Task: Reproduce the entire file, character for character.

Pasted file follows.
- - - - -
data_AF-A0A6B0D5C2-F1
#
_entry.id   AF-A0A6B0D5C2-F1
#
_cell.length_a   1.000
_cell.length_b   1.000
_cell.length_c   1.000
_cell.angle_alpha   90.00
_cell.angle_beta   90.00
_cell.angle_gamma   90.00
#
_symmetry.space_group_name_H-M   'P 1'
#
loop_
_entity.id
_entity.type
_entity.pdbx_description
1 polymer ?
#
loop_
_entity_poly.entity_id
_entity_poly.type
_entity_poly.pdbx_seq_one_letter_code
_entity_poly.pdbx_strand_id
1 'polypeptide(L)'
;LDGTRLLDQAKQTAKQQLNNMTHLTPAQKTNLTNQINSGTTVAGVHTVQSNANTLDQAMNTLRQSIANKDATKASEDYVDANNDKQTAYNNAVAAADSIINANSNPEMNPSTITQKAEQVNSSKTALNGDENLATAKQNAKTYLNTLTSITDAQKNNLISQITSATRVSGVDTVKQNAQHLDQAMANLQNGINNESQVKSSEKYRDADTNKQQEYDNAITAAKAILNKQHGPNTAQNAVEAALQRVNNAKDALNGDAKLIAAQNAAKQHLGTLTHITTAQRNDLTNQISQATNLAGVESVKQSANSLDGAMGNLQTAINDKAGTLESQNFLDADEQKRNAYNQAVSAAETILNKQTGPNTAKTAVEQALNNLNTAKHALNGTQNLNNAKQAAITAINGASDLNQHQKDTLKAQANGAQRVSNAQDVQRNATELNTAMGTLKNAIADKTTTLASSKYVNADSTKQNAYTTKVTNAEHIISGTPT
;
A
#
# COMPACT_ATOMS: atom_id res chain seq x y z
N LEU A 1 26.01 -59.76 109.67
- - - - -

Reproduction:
data_AF-A0A6B0D5C2-F1
#
_entry.id   AF-A0A6B0D5C2-F1
#
_cell.length_a   1.000
_cell.length_b   1.000
_cell.length_c   1.000
_cell.angle_alpha   90.00
_cell.angle_beta   90.00
_cell.angle_gamma   90.00
#
_symmetry.space_group_name_H-M   'P 1'
#
loop_
_entity.id
_entity.type
_entity.pdbx_description
1 polymer ?
#
loop_
_entity_poly.entity_id
_entity_poly.type
_entity_poly.pdbx_seq_one_letter_code
_entity_poly.pdbx_strand_id
1 'polypeptide(L)'
;LDGTRLLDQAKQTAKQQLNNMTHLTPAQKTNLTNQINSGTTVAGVHTVQSNANTLDQAMNTLRQSIANKDATKASEDYVDANNDKQTAYNNAVAAADSIINANSNPEMNPSTITQKAEQVNSSKTALNGDENLATAKQNAKTYLNTLTSITDAQKNNLISQITSATRVSGVDTVKQNAQHLDQAMANLQNGINNESQVKSSEKYRDADTNKQQEYDNAITAAKAILNKQHGPNTAQNAVEAALQRVNNAKDALNGDAKLIAAQNAAKQHLGTLTHITTAQRNDLTNQISQATNLAGVESVKQSANSLDGAMGNLQTAINDKAGTLESQNFLDADEQKRNAYNQAVSAAETILNKQTGPNTAKTAVEQALNNLNTAKHALNGTQNLNNAKQAAITAINGASDLNQHQKDTLKAQANGAQRVSNAQDVQRNATELNTAMGTLKNAIADKTTTLASSKYVNADSTKQNAYTTKVTNAEHIISGTPT
;
A
#
# COMPACT_ATOMS: atom_id res chain seq x y z
N LEU A 1 26.01 -59.76 109.67